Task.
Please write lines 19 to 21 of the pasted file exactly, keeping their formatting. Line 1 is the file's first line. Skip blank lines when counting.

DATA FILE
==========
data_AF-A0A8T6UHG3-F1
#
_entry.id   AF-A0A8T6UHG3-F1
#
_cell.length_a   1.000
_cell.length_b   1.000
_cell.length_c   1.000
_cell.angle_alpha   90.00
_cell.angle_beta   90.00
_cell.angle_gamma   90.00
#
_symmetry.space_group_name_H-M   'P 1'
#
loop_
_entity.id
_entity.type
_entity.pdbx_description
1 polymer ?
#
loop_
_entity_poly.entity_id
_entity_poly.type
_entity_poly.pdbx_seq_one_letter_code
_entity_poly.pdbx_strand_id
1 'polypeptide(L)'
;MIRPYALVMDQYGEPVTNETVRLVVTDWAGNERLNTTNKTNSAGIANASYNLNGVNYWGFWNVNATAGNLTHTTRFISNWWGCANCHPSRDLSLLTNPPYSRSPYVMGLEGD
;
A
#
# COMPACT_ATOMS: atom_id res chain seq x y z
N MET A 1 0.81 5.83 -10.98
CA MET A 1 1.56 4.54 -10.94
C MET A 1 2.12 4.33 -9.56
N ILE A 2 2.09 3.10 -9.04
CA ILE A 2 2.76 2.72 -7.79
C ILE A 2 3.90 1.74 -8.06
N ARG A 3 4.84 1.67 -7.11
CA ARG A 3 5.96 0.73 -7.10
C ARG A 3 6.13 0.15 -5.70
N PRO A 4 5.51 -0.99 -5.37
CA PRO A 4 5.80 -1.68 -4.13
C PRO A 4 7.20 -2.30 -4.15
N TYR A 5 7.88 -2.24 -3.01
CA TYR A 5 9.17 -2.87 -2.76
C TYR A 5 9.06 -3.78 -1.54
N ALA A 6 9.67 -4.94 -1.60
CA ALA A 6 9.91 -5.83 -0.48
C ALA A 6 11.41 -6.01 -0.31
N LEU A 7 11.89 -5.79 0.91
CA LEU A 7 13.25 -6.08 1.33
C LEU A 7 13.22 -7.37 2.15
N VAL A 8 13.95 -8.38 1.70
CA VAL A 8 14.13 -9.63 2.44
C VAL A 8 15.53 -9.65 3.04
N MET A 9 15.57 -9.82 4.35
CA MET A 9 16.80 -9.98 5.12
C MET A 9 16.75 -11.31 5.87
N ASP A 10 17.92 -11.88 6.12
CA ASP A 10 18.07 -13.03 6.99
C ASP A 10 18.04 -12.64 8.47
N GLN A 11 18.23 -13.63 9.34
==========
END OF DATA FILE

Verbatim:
#
loop_
_entity_poly.entity_id